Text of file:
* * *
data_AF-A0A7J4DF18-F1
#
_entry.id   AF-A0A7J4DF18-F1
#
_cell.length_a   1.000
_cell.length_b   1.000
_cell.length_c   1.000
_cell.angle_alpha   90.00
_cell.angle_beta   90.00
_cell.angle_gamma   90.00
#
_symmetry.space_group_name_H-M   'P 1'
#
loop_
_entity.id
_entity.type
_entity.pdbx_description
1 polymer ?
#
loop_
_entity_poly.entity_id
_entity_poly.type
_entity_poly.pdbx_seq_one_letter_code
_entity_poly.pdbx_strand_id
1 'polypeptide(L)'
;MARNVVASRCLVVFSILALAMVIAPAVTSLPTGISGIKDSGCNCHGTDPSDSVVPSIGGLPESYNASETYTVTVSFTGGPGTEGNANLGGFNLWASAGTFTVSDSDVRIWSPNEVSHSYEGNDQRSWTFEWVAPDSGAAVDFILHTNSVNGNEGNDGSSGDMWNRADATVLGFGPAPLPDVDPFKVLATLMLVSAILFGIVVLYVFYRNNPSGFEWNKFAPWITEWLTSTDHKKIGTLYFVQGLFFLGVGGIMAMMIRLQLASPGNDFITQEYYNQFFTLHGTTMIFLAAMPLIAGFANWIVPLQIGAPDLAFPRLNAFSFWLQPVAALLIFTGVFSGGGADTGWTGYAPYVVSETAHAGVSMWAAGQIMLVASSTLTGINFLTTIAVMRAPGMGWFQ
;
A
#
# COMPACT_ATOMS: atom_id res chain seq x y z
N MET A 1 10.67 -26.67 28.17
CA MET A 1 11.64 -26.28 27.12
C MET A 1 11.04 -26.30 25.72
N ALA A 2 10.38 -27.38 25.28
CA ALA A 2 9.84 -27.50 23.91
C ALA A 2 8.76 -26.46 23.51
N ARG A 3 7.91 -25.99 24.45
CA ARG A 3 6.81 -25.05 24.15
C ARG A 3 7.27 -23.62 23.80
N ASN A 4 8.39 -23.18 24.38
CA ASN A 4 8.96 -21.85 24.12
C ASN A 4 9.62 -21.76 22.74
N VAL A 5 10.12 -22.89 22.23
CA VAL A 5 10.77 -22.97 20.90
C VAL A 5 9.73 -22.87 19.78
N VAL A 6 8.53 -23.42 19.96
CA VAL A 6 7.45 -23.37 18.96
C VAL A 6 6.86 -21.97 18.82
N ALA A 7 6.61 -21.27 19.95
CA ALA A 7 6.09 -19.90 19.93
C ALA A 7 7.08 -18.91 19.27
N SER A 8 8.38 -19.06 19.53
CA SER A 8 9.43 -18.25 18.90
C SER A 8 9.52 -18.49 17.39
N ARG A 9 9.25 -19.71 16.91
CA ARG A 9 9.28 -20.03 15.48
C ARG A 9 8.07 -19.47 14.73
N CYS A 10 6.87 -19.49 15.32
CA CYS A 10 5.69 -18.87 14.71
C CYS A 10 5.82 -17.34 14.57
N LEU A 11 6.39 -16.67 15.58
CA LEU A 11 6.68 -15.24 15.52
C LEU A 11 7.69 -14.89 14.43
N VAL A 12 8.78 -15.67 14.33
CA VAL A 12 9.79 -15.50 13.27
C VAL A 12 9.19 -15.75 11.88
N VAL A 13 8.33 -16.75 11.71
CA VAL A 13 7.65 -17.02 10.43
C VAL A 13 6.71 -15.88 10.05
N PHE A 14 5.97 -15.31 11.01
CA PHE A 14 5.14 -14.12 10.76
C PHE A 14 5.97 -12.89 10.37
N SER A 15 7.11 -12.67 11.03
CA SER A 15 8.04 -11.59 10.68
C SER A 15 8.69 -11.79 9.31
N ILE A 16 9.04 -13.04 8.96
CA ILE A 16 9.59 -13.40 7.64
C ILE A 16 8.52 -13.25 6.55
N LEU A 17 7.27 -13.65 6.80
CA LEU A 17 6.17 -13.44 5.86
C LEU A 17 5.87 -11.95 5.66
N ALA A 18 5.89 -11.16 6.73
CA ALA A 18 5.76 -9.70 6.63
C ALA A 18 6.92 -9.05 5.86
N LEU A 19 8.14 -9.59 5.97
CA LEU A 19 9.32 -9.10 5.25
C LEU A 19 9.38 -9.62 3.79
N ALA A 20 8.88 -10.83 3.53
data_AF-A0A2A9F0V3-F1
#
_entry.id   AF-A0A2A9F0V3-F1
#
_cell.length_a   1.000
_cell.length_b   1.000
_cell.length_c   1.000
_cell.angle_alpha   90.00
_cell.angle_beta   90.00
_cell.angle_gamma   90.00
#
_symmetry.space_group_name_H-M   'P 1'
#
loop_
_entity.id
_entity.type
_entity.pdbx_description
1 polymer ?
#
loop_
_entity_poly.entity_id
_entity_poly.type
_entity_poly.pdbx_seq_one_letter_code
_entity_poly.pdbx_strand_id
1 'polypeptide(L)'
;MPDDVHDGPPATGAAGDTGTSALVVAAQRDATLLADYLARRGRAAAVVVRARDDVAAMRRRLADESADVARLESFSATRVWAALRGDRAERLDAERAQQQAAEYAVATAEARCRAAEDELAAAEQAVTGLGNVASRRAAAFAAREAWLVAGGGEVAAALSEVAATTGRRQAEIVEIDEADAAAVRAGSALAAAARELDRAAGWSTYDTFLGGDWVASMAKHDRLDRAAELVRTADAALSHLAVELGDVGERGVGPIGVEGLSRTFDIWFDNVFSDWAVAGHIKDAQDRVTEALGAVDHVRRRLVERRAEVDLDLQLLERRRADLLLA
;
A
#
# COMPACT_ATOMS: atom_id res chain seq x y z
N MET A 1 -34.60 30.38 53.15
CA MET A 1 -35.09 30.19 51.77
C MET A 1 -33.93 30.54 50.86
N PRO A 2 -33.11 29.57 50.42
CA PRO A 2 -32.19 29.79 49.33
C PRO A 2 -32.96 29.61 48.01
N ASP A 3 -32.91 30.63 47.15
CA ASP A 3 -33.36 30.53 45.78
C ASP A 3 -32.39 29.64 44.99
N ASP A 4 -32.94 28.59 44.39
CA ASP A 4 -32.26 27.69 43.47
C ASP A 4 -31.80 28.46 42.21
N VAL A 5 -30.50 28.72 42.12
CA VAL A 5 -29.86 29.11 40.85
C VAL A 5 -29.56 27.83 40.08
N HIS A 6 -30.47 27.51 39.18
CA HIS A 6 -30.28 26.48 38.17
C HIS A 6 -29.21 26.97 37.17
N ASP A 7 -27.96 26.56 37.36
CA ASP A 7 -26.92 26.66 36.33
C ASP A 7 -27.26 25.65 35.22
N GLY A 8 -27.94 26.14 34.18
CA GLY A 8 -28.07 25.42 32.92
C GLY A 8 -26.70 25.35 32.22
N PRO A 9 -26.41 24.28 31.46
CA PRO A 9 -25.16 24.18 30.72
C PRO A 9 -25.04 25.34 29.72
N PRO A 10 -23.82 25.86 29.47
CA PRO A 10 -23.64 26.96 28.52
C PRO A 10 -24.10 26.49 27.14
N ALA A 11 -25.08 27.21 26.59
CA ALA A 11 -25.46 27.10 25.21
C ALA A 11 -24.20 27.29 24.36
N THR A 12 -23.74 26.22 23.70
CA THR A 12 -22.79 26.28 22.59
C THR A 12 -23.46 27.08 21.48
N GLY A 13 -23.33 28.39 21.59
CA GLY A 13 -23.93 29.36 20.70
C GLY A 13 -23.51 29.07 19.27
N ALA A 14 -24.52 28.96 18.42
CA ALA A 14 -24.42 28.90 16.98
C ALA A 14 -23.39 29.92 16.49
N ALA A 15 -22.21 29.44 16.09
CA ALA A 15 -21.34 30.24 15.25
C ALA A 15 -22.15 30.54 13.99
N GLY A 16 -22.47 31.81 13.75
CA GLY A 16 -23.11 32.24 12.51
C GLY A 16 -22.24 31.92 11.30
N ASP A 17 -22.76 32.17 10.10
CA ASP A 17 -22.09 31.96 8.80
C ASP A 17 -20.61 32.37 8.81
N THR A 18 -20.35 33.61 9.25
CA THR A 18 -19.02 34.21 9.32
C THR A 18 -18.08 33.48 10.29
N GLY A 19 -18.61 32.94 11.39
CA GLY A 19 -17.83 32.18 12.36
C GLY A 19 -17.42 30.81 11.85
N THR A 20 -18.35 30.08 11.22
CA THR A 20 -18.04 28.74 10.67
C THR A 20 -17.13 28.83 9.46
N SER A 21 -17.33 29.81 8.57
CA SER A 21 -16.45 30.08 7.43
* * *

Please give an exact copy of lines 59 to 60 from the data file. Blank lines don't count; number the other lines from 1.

CA CYS A 10 5.69 -18.87 14.71
C CYS A 10 5.82 -17.34 14.57